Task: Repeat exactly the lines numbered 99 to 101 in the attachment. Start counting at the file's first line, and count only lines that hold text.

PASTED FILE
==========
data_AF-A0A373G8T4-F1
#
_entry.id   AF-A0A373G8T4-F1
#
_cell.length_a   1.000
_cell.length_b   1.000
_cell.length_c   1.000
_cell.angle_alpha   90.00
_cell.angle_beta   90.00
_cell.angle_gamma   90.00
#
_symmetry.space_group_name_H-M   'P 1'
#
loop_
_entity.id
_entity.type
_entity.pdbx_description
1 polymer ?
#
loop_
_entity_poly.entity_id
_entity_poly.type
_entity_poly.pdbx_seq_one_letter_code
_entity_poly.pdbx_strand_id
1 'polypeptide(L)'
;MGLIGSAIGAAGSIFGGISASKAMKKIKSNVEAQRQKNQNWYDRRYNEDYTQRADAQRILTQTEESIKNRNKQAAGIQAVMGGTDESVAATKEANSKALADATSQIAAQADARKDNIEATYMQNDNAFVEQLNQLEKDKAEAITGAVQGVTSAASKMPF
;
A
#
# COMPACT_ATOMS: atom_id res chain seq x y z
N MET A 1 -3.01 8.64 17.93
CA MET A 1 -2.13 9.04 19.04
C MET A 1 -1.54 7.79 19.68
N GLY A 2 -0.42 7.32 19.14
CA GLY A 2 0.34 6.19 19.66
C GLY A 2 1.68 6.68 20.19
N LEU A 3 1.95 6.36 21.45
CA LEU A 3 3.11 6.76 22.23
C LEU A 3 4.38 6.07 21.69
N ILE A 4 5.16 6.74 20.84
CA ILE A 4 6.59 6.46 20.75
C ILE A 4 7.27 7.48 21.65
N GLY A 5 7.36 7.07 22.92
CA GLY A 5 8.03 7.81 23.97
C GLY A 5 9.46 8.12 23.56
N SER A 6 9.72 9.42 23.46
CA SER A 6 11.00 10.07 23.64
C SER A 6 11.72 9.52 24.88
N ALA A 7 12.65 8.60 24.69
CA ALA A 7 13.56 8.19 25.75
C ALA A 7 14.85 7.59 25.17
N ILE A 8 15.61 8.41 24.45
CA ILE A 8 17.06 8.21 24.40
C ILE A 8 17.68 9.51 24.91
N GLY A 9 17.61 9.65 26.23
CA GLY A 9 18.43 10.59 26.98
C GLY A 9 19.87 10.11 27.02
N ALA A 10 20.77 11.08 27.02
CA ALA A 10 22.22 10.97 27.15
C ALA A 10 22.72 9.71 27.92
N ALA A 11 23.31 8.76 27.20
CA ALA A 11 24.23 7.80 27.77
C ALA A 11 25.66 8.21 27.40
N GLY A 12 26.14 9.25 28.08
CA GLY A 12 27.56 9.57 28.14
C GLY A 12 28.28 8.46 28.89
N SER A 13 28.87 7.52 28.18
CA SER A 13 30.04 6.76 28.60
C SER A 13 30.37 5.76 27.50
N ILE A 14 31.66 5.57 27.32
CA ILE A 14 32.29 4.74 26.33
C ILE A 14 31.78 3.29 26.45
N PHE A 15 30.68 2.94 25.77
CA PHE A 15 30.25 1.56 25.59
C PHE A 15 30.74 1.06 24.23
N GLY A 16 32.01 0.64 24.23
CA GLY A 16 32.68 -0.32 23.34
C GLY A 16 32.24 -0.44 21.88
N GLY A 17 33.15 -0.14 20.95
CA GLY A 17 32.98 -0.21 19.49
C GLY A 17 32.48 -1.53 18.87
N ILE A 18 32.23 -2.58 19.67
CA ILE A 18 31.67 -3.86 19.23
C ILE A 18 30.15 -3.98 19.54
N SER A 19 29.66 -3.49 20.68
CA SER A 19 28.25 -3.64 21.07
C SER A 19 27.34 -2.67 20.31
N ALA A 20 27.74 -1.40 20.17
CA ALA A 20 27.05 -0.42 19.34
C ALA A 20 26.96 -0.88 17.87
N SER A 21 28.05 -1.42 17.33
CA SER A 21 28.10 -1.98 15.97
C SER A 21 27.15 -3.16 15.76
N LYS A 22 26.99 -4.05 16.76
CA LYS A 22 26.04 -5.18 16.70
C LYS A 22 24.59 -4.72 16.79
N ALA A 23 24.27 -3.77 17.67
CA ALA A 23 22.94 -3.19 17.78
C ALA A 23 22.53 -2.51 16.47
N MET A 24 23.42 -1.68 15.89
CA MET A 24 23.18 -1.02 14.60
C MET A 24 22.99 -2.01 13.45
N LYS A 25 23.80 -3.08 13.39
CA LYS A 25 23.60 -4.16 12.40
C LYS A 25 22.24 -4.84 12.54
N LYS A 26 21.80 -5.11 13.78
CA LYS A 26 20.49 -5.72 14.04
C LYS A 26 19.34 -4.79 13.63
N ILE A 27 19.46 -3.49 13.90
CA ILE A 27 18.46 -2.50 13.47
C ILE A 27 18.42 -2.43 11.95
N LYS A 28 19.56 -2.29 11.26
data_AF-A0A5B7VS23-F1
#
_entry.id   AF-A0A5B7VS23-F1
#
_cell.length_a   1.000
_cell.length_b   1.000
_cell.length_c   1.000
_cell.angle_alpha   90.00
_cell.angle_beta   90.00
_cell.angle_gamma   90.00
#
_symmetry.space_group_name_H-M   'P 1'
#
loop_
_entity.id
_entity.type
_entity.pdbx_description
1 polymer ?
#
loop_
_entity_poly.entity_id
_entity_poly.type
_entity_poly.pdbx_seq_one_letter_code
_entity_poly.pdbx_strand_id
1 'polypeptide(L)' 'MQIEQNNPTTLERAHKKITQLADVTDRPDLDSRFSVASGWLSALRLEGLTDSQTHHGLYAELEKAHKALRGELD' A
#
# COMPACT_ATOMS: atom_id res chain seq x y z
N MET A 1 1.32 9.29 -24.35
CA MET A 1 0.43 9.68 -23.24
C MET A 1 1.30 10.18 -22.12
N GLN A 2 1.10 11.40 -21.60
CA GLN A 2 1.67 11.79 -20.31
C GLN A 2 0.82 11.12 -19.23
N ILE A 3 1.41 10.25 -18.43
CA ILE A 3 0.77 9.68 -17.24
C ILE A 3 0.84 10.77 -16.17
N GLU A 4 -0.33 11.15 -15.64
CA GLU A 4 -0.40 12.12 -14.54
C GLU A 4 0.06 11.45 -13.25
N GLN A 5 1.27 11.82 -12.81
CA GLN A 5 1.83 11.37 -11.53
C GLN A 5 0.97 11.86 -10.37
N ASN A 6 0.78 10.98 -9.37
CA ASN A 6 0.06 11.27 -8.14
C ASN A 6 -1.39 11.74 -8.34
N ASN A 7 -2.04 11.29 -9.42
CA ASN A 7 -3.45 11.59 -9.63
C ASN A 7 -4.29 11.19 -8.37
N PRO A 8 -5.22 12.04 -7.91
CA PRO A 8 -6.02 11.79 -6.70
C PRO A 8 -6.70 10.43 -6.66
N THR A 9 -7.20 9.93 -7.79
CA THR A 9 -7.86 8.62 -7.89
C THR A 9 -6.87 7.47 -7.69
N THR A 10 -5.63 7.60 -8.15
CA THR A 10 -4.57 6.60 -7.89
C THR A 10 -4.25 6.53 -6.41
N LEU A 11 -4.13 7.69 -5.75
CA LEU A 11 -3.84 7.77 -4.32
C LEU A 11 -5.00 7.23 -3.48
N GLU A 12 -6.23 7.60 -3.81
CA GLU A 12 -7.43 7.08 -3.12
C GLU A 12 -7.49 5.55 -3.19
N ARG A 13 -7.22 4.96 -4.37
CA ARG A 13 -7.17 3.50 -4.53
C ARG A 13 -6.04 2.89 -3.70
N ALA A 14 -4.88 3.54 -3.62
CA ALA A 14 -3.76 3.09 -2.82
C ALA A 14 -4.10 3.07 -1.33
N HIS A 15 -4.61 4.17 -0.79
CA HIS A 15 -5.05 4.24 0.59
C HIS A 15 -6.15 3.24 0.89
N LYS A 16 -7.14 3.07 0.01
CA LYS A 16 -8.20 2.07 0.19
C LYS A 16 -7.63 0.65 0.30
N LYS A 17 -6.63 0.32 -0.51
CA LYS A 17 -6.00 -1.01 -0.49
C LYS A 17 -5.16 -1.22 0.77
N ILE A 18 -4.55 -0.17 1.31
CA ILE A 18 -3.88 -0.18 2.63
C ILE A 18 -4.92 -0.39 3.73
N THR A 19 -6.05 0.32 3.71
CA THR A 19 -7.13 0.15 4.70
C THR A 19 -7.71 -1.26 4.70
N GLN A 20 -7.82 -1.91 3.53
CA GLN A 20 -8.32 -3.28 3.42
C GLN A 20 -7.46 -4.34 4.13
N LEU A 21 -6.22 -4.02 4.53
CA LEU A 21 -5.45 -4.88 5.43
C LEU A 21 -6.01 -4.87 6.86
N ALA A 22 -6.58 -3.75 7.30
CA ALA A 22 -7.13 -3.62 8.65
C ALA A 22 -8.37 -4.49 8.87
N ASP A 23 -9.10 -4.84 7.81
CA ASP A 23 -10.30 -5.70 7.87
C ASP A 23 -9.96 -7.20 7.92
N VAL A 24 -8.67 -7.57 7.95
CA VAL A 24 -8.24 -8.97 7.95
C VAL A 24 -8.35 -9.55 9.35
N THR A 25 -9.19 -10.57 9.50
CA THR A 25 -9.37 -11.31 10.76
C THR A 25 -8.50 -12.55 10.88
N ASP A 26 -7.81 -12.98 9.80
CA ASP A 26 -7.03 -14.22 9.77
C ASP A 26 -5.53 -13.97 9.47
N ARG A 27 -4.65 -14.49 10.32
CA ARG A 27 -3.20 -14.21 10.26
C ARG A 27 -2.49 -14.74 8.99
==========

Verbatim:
C ALA A 23 22.53 -2.51 16.47
N MET A 24 23.42 -1.68 15.89
CA MET A 24 23.18 -1.02 14.60